Both games take the Special Support Section around the city and its outlying towns and villages.

Trails from Zero largely focuses on the internal difficulties within Crossbell, though they all tie back to Erebonia and Calvard’s suzerainty. The city state’s parliament is divided into Imperial and Republican factions that are focusing on representing those interests rather than necessarily advancing things for the benefit of its people. This makes it very difficult for those independent members, such as Speaker Henry MacDowell, to get any substantial changes passed through as its necessitates approval from at least one, more often both, of those factions. These factions also place severe restrictions on the police and military Guardian Force. As a result, organised crime is an issue with Revache and the newly-expanding Heiyue using the police’s weakness to establish strong footholds.

The frustrations of its citizens and ways the others can come in and use their outside connections to take advantage makes up a significant part of the story as players and the SSS do all that they can to silence doubters, including those within the police force. Once those qualms have settled, however, Crossbell and its inhabitants quickly shine and it becomes easy to see why so many are drawn to it. One can’t help but cheer on the SSS and its supporters as they do what they can to steadily improve the fortunes of Crossbell’s populace in the face of their many challenges.

Crossbellans have much to be proud of, including the immensely popular Arc en Ciel.

Taking place across the same time period as Trails of Cold Steel I and II, the overall story of Trails of Azure gives more of an examination of the international scene and Crossbell’s place within it as its latest mayor has grand ambitions and push back against both Erebonia and Calvard. However, it also offers further insights into over characters motivations surrounding the city, such as the circumstances that brought Randy there and Noel’s desire to do everything she can to protect its people. It also does a great job showcasing the fervour that can brought out by the sort of challenges it faces and how that can lead to disagreements between people who by and large want the same thing. It all leads to a grand emotional finale on multiple levels as the personal stories of the cast intertwine with the fate of Crossbell itself.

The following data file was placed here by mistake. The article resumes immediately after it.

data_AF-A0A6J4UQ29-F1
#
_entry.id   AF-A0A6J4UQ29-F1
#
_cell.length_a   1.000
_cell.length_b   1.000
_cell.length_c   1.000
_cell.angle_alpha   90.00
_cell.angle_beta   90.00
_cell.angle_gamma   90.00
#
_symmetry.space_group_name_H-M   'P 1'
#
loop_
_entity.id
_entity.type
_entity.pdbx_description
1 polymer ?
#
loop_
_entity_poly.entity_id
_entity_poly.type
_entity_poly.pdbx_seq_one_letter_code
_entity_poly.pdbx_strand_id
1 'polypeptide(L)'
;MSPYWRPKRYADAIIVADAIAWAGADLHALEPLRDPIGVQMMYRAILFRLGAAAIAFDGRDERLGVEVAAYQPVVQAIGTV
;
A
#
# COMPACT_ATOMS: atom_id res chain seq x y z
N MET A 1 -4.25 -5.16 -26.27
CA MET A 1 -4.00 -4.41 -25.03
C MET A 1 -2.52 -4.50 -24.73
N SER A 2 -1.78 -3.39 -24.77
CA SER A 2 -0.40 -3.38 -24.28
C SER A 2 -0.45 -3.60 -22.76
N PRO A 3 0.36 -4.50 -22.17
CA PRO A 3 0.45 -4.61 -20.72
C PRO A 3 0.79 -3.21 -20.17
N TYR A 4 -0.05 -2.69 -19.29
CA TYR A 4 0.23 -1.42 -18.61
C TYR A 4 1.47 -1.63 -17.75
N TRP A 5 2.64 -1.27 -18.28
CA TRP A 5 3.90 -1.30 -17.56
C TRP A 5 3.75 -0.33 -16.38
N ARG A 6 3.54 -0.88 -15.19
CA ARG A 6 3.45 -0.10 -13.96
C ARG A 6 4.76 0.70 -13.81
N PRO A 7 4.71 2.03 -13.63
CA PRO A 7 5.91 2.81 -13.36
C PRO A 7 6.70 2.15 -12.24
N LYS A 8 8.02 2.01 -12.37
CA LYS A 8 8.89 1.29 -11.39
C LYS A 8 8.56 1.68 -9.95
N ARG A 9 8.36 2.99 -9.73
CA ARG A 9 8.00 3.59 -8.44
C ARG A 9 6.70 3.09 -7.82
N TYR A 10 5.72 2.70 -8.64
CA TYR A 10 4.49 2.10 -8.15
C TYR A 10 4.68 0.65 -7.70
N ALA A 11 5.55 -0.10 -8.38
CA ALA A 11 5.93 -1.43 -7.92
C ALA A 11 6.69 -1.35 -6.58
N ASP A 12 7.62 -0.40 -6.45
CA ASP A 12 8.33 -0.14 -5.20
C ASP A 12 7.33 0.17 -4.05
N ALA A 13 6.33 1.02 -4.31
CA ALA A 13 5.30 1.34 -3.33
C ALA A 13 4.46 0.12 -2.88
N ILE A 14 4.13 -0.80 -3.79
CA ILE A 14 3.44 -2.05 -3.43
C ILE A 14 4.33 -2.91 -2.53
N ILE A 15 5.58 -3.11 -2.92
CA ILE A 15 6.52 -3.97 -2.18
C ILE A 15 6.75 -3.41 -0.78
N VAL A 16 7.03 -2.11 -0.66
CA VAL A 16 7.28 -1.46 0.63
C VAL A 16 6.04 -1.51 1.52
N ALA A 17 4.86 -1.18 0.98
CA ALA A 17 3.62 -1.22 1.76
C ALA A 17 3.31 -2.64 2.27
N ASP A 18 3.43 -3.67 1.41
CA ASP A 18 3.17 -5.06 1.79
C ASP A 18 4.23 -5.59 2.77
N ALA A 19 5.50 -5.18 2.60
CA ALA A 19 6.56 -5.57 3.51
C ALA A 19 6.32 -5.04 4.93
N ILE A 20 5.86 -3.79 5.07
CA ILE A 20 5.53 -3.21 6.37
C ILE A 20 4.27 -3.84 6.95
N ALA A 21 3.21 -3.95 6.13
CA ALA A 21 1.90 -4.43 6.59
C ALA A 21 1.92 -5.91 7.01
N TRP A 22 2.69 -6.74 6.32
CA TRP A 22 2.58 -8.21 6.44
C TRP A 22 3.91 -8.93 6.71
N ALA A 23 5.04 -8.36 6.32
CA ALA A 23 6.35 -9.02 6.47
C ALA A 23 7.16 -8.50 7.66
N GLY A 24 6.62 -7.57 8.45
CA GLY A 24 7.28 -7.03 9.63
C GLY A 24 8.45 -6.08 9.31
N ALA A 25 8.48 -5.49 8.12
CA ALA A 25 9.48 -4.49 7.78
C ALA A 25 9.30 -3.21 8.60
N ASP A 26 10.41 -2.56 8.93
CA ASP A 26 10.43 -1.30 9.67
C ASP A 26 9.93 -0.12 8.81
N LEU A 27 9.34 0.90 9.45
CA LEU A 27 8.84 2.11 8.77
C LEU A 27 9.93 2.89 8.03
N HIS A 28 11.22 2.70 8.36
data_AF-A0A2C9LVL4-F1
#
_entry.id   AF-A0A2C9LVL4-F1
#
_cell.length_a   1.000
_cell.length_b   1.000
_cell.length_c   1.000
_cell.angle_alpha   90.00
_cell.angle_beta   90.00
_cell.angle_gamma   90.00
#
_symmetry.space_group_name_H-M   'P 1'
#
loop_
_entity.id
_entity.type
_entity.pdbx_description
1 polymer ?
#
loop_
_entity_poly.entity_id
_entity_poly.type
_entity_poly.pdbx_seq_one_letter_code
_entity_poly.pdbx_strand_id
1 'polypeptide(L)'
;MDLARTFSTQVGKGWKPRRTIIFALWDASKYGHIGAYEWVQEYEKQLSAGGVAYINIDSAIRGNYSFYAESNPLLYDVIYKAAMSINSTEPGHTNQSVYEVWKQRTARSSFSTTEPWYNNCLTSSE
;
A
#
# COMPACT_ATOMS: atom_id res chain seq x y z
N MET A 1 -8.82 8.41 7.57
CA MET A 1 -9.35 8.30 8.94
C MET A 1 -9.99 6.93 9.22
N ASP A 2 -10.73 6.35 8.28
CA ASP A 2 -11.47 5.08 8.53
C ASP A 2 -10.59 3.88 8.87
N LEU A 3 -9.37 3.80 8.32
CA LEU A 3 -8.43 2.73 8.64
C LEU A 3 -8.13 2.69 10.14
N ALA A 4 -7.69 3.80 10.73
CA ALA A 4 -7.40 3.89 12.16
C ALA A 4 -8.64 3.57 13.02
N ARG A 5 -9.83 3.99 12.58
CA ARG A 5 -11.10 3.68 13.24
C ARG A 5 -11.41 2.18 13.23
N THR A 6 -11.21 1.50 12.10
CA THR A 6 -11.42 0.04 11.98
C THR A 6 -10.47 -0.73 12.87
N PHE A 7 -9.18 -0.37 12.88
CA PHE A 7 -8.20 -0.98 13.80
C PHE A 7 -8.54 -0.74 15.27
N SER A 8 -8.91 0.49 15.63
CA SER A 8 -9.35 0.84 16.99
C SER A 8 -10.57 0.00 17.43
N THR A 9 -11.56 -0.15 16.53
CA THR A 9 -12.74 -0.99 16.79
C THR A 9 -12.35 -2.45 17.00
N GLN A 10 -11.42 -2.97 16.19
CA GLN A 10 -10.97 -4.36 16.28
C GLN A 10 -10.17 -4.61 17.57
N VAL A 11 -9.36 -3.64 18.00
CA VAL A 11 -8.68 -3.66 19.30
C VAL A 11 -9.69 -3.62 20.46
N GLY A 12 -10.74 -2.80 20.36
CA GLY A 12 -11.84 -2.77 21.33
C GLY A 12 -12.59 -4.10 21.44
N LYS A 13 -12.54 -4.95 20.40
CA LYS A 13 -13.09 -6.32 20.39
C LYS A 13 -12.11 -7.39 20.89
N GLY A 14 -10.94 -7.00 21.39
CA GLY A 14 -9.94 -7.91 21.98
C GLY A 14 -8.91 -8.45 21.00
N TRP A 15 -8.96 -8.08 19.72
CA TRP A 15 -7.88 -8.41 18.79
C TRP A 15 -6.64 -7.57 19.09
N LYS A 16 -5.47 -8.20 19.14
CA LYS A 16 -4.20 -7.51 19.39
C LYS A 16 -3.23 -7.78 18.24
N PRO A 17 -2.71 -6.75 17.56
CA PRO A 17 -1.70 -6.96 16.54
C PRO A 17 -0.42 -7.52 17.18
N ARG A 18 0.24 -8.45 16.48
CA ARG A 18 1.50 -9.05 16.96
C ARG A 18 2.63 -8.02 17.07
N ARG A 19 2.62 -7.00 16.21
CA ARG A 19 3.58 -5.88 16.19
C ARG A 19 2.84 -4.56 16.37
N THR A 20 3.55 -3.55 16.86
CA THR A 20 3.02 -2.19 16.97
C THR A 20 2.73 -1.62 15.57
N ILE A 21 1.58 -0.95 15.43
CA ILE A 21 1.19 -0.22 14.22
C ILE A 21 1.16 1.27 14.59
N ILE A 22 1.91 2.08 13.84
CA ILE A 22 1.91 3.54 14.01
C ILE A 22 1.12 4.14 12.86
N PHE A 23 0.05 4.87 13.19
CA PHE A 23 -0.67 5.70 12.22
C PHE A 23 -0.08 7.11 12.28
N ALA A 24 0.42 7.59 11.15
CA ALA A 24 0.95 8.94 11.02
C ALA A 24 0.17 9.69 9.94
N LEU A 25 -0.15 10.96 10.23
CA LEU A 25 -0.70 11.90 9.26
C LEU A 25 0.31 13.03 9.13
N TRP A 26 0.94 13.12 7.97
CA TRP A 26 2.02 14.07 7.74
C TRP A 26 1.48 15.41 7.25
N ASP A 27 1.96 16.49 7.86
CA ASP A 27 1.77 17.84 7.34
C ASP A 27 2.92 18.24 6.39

Keeping players within the same locations for such a time runs a risk of making them stale, but this is where Nihon Falcom’s worldbuilding and writing — and the stellar localisations of the series — shines brighter than all others. With everything being just a short bus ride away, all of Crossbell’s constituent parts are strongly connected. Players who seek them out can bear witness the stories of even the most minor NPCs as they react to events in their and others’ personal lives, as well as the wider issues around Crossbell. It’s a particular delight to see that the hard work of series fans at The Geofront has paid off so magnificently. Anyone with even just a passing interest in the series would do well to take advantage of its western release to bear witness to one of the most engrossing settings there is.


Alex Fuller

Alex joined RPGamer in 2011 as a Previewer before moving onto Reviews, News Director, and Managing Editor. Became Acting Editor-in-Chief in 2018.